French Senate backs enshrining right to abortion in constitution

French abortion free choice protesters
Protesters outside the Senate this month with placards reading "my body my choice" (L) and "abortion in the constitution" (Image: AFP)

France’s upper house of parliament, the Senate, has voted overwhelmingly to enshrine women’s right to abortion in the constitution.

The proposal, approved earlier by the lower house, the National Assembly, was backed by 267 votes to 50 on Wednesday.

Abortion has been legal in France since 1974 but pressure has grown to further cement it in law.

There is concern that the right to termination is being eroded in ally nations like the US and Poland.

French President Emmanuel Macron has called a special, repeat vote on Monday involving both houses meeting together away from Paris in the suburb of Versailles.

If the joint session approves the constitutional amendment with a majority of at least three-fifths, there will be no need to put it to a referendum.

An Ifop opinion poll taken in November 2022, when the National Assembly was voting on the legislation, suggested 86% of people supported the amendment.

None of the country’s main political parties question the right to abortion but the language used in the amendment was revised after the 2022 vote, when the National Assembly endorsed the “right” to abortion.

Last month it voted again to back the “freedom” to have an abortion after Mr Macron’s government called for Article 34 of the constitution to be amended to cite “the freedom of women to have recourse to an abortion, which is guaranteed”.

This new wording on “guaranteed freedom” was approved by the Senate on Wednesday.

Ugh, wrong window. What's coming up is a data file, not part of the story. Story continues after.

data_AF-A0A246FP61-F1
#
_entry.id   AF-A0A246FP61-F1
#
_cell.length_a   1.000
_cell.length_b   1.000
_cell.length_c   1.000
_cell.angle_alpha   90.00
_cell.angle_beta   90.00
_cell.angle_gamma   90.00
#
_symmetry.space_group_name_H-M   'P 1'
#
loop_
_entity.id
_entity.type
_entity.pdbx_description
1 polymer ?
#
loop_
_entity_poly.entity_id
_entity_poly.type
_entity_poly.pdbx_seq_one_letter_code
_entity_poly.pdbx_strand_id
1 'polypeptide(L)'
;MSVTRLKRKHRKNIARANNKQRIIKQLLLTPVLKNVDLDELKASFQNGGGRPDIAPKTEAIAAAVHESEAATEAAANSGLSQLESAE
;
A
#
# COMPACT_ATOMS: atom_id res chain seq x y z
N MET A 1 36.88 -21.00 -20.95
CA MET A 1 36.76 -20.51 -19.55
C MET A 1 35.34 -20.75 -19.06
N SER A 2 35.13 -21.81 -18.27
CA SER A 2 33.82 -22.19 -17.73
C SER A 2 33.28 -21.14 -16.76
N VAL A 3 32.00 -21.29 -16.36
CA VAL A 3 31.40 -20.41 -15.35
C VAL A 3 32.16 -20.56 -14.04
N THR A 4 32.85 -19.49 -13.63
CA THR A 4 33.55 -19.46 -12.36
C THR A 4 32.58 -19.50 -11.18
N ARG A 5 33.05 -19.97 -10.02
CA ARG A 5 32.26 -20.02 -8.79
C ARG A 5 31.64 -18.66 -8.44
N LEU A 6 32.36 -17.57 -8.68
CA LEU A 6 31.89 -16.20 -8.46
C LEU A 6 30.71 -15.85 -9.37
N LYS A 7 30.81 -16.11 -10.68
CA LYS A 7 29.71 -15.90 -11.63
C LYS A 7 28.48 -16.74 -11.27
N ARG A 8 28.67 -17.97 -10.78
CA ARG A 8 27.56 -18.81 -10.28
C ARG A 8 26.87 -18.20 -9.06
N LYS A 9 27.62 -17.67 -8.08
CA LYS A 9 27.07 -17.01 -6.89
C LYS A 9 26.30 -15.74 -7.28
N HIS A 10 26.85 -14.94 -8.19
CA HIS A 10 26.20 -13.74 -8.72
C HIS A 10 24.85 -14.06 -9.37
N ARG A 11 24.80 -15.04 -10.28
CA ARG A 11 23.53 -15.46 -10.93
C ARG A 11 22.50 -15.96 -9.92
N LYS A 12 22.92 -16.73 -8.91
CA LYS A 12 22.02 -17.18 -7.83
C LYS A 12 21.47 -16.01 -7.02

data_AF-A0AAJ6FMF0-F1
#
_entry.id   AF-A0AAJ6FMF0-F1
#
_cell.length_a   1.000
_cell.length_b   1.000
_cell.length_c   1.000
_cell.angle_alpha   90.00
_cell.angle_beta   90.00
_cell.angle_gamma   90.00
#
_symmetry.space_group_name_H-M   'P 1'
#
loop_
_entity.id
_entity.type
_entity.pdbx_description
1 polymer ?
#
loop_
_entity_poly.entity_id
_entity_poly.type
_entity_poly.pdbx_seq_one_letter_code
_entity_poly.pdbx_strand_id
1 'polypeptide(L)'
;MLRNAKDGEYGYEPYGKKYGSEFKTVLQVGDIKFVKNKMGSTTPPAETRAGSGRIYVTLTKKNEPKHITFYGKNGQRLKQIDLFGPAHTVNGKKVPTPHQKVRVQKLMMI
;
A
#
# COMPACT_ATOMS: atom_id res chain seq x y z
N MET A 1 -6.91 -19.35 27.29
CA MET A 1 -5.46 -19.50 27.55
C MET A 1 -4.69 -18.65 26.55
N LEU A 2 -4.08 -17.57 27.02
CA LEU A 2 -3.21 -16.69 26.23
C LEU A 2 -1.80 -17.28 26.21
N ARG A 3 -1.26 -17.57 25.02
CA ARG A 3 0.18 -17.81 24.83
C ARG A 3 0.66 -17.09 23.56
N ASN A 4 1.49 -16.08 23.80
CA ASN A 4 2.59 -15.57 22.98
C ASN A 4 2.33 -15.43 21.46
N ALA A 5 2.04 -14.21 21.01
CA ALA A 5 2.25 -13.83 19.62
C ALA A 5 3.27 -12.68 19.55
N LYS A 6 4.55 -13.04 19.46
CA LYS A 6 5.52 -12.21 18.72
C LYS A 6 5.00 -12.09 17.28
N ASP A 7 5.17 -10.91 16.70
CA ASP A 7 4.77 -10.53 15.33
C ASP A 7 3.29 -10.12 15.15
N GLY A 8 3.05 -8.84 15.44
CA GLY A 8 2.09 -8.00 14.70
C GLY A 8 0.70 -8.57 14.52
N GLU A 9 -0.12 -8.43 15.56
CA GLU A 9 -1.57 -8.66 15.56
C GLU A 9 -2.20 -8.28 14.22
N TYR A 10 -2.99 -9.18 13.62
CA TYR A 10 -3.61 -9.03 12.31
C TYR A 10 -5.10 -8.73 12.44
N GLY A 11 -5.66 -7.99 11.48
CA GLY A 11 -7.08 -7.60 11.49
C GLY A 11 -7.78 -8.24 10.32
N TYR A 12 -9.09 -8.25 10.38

Posting on X, Mr Macron said he was committed to making women’s freedom to resort to termination “irreversible” by inscribing it in the constitution.

Reacting to the vote, Justice Minister Éric Dupond-Moretti said his country was close to a “historic day” when it becomes “the first country in the world to protect in its constitution the freedom of women” to decide what happens to their bodies.

Speaking to AFP news agency, several conservative senators said they had felt under pressure to approve the amendment.

“If I vote against it, my daughters will no longer come for Christmas,” said one woman, who asked to remain anonymous.

Debate over abortion has raged in the US since the Supreme Court there rescinded the nationwide right to a termination in June 2022.

As of last month, 21 of the country’s 50 states have either total or partial abortion bans on the books, with some including harsh punishments for doctors and others who assist in accessing the procedure, including jail time, steep fines and the loss of medical licences.

Poland’s Constitutional Court imposed a near-total ban on abortion in that country in 2020. It is now permitted only in cases of rape or incest or when pregnancy threatens a mother’s health or life.

Source: bbc.co.uk

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